IP Lunch Talk: Eyal Barash, "Pharmaceutical Patent Strategies in Drug Repositioning"

Eyal Barash, of Barash Law LLC, presented an IP lunch talk on "Pharmaceutical Patent Strategies in Drug Repositioning." Eyal has over two decades of experience as a patent lawyer. Prior to starting Barash Law in 2009, he was chief patent counsel to SSCI, the world’s leader in solid-state chemistry. Before working for SSCI, Eyal practiced patent prosecution, litigation, and client counseling at a large intellectual property law firm in Washington, D.C. Eyal attended Indiana University where received undergraduate degrees in chemistry and history before making his way to California where he obtained a masters degree in physical chemistry from the University of California at Berkeley.

IP Lunch Talk: Kenneth Germain, “Resolved: The Constitution Does Not Permit Dual Protection Under Design Patent and Trade Dress for the Same Subject Matter”

Ken Germain, of Wood Herron & Evans Intellectual Property Law Firm, presented “Resolved: The Constitution Does Not Permit Dual Protection Under Design Patent and Trade Dress for the Same Subject Matter.” Ken has more than 45 years of varied experience in the trademark/unfair competition field and is a former full-time law professor. He focuses his practice on expert witness work, consulting and litigation, including Early Neutral Evaluation. Ken often has been retained as an Expert Witness on issues relating to trademarks and unfair competition, working on cases involving some of the nation’s largest companies in high-stakes, cutting-edge cases. He has testified in court over 15 times.

Fall IP Colloquium

Prof. Mike Mattioli hosted several speakers within the Law & Technology realm to speak in his IP Seminar Class for the Fall Colloquium

Fall IP Colloquium Speakers

IP Clinic Semester Highlights

The Center remains a national leader in pro bono IP services through its IP Clinic and its PatentConnect network.

Under the supervision of Adjunct Instructor, Allan Sternstein, Maurer’s IP Clinic is representing Brightlamp Inc. before the Court of Appeals for the Federal Circuit. Brightlamp is an Indianapolis software company that provides rapid neurological evaluation. The IP Clinic won dismissal of a patent infringement lawsuit against Brightlamp brought in the United States District Court, Southern District of Indiana.

Again, this year, the IP clinic partnered with numerous adjunct instructors from practice, including:

Trademarks & Copyrights
Brad Maurer
Partner, Dentons Bingham Greenebaum LLC

Patents
Jessica Van Dalen
Partner, Faegre Drinker

Alyssa Eckerley
Patent Prosecution Associate, Faegre Drinker

Litigation
Allan J Sternstein
University of Arizona College of Law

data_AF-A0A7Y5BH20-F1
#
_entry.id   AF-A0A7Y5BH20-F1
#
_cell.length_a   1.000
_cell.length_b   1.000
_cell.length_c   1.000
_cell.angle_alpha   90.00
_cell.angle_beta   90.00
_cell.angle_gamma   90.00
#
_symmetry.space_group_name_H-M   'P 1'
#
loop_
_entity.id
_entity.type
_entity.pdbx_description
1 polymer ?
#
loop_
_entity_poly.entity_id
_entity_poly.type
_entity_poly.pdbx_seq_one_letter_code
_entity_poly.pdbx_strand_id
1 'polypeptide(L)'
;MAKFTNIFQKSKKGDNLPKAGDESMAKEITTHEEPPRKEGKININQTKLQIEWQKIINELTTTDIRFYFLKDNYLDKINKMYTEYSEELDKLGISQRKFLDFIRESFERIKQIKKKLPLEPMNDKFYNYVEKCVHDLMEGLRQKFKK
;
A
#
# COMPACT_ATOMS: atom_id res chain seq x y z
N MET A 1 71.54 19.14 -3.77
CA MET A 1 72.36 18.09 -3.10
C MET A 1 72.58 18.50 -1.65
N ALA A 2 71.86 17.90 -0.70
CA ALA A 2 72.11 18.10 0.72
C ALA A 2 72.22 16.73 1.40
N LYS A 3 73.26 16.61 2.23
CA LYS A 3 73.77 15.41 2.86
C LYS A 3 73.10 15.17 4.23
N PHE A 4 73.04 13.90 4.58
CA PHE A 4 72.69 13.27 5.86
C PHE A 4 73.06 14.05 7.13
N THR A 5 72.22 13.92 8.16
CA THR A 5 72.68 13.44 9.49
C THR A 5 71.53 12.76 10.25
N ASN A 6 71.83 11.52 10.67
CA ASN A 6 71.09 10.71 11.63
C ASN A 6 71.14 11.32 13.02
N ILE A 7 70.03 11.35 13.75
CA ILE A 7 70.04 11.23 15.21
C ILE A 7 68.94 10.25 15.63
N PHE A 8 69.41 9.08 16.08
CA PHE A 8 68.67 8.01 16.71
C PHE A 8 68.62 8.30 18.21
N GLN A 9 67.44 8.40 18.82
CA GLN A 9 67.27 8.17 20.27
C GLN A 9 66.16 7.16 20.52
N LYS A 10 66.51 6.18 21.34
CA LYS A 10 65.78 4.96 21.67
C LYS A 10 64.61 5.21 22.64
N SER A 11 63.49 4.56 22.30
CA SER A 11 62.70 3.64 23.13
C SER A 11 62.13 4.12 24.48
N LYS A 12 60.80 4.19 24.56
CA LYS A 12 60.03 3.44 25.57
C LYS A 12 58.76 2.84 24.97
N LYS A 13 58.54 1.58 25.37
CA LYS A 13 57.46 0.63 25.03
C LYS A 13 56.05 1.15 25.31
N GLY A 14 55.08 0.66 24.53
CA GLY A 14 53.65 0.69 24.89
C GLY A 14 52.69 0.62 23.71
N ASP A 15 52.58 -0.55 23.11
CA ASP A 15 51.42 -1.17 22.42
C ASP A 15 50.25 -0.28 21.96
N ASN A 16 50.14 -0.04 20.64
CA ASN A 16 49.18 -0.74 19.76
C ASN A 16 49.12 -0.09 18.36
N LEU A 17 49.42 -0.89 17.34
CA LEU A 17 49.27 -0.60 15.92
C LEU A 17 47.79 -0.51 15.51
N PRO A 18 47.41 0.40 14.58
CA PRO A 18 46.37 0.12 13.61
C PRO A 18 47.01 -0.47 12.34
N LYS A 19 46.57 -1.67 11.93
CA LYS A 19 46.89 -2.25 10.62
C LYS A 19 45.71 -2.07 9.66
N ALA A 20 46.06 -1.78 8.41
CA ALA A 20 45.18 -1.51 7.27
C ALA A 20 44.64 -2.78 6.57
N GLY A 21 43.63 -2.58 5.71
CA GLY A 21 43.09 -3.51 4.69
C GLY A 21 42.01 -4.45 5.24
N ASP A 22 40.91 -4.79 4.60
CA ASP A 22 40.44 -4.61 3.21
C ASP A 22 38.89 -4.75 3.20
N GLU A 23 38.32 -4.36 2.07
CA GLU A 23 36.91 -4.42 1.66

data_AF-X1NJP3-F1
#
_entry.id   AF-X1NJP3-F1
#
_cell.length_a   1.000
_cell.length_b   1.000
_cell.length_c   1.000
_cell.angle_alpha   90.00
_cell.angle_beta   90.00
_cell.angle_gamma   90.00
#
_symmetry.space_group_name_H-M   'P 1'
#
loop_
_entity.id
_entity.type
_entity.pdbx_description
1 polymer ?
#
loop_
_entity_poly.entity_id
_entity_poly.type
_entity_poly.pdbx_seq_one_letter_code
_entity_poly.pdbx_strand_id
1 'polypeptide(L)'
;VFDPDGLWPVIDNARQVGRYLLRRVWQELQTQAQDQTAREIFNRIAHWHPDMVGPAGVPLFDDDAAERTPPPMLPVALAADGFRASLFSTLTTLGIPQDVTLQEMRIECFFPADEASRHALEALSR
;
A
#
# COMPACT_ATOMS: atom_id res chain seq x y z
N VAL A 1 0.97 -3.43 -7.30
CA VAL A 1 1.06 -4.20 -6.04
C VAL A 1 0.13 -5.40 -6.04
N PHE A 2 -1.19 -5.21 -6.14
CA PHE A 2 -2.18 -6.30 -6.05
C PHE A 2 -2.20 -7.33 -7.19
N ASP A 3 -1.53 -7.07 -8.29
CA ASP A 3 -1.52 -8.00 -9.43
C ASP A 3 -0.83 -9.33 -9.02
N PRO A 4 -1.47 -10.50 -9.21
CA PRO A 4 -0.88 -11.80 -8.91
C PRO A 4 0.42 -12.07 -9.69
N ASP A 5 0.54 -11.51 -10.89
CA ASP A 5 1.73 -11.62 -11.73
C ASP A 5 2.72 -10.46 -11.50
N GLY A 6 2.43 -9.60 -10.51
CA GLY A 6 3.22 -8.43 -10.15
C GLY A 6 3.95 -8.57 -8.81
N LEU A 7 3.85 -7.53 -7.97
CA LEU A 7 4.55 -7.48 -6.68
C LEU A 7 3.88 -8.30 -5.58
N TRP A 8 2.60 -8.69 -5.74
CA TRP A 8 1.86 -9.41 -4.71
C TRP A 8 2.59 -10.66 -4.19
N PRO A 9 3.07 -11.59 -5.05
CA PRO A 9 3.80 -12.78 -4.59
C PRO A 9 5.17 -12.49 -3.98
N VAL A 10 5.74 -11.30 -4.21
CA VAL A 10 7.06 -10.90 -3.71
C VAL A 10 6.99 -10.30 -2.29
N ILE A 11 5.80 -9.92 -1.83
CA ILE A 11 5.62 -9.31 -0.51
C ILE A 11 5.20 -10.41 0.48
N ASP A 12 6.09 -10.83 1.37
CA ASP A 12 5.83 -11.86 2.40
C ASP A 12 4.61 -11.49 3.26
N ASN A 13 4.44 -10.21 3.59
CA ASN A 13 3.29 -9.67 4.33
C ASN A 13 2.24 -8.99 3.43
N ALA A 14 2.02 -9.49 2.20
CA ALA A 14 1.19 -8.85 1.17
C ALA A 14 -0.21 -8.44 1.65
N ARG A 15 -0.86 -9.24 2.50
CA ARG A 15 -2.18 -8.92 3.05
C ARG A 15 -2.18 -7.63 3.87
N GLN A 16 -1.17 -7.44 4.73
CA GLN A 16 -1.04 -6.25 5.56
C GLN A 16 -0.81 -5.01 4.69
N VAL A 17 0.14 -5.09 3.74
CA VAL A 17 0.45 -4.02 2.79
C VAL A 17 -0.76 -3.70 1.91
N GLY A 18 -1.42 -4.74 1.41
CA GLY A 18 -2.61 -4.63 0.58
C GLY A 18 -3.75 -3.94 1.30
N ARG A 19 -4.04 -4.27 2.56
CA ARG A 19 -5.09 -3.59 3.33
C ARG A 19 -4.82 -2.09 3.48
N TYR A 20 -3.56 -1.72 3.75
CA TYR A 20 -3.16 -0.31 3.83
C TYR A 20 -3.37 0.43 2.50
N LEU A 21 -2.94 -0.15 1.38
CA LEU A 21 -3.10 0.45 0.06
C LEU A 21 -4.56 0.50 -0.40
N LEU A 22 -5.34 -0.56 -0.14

Upcoming IP Theory Semester Highlights

IP Theory will publish a number of new articles and post new episodes of The Fire of Genius podcast.

Articles
Volume 12 Issue 1: The Marshall Law Copyright Symposium Special Issue

  • Tyler Ochoa, “Reconciling Copyright ‘Restoration’ for Pre-1972 Foreign Sound Recordings with the Classics Protection and Access Act”
  • Peter Yu, “Marshalling Copyright Knowledge to Understand Four Decades of Berne”
  • Daryl Lim, “Life after Google v. Oracle: Three Reflections on a Theme”
  • Podcasts — Interviews with IP practitioners Margaret Chon, Marty Adelman, Graeme Dinwoodie, Ysolde Gendreau, Daniel Gervais, Rochelle Dreyfus, and Mike Carroll

Volume 12 Issue 2

  • Mounir Jamal, “A Hot Spit-Take: Why the Supreme Court Will Hold That There Is No Privacy Interest in Commercial DNA Data”
  • Nicholas Eitsert, “Indian Pharmaceutical Patenting Under Section 3(d): A Model for Developing Countries”

Latest in The Law & Technology Program

Collaborating with several IU Maurer centers and individual faculty, the Center for IP Research continued work on its new Law & Technology Program.   

The Law & Technology Program brings together a wide range of expertise from throughout the Maurer School of Law to create an integrated platform for research, academic collaborations, and student experiences. It builds on the Law School’s longstanding strengths in intellectual property law, cybersecurity, and studies of law, society, and culture. Prof. Mark Janis presented on the Program to an Alumni reception. In addition, faculty affiliated with the Law & Technology program collaborated with the Center, the IP Association, and the Cybersecurity and Privacy Law Association to present a preview of the law school’s 2022-23 law & technology curriculum. It features courses in intellectual property law, cybersecurity law, law and the life sciences, product liability, and others.